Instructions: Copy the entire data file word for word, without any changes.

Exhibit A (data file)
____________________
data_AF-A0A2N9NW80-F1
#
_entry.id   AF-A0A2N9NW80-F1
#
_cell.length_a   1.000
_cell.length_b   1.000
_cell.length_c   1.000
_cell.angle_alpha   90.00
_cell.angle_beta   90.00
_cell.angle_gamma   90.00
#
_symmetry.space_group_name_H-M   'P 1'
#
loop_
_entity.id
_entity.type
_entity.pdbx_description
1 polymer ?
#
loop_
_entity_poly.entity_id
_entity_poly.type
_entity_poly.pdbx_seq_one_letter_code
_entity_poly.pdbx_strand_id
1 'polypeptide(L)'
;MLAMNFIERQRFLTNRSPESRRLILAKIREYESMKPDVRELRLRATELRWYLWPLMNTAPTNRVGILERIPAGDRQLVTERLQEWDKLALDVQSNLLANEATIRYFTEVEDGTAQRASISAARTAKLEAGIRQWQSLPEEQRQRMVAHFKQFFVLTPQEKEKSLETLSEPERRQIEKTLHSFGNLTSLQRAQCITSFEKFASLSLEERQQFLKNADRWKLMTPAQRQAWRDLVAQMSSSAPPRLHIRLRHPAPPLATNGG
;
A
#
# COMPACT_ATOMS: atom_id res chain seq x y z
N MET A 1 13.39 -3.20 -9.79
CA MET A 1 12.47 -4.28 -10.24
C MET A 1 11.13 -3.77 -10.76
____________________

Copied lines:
data_AF-A0A2N9NW80-F1
#
_entry.id   AF-A0A2N9NW80-F1
#
_cell.length_a   1.000
_cell.length_b   1.000
_cell.length_c   1.000
_cell.angle_alpha   90.00
_cell.angle_beta   90.00
_cell.angle_gamma   90.00
#
_symmetry.space_group_name_H-M   'P 1'
#
loop_
_entity.id
_entity.type
_entity.pdbx_description
1 polymer ?
#
loop_
_entity_poly.entity_id
_entity_poly.type
_entity_poly.pdbx_seq_one_letter_code
_entity_poly.pdbx_strand_id
1 'polypeptide(L)'
;MLAMNFIERQRFLTNRSPESRRLILAKIREYESMKPDVRELRLRATELRWYLWPLMNTAPTNRVGILERIPAGDRQLVTERLQEWDKLALDVQSNLLANEATIRYFTEVEDGTAQRASISAARTAKLEAGIRQWQSLPEEQRQRMVAHFKQFFVLTPQEKEKSLETLSEPERRQIEKTLHSFGNLTSLQRAQCITSFEKFASLSLEERQQFLKNADRWKLMTPAQRQAWRDLVAQMSSSAPPRLHIRLRHPAPPLATNGG
;
A
#
# COMPACT_ATOMS: atom_id res chain seq x y z
N MET A 1 13.39 -3.20 -9.79
CA MET A 1 12.47 -4.28 -10.24
C MET A 1 11.13 -3.77 -10.76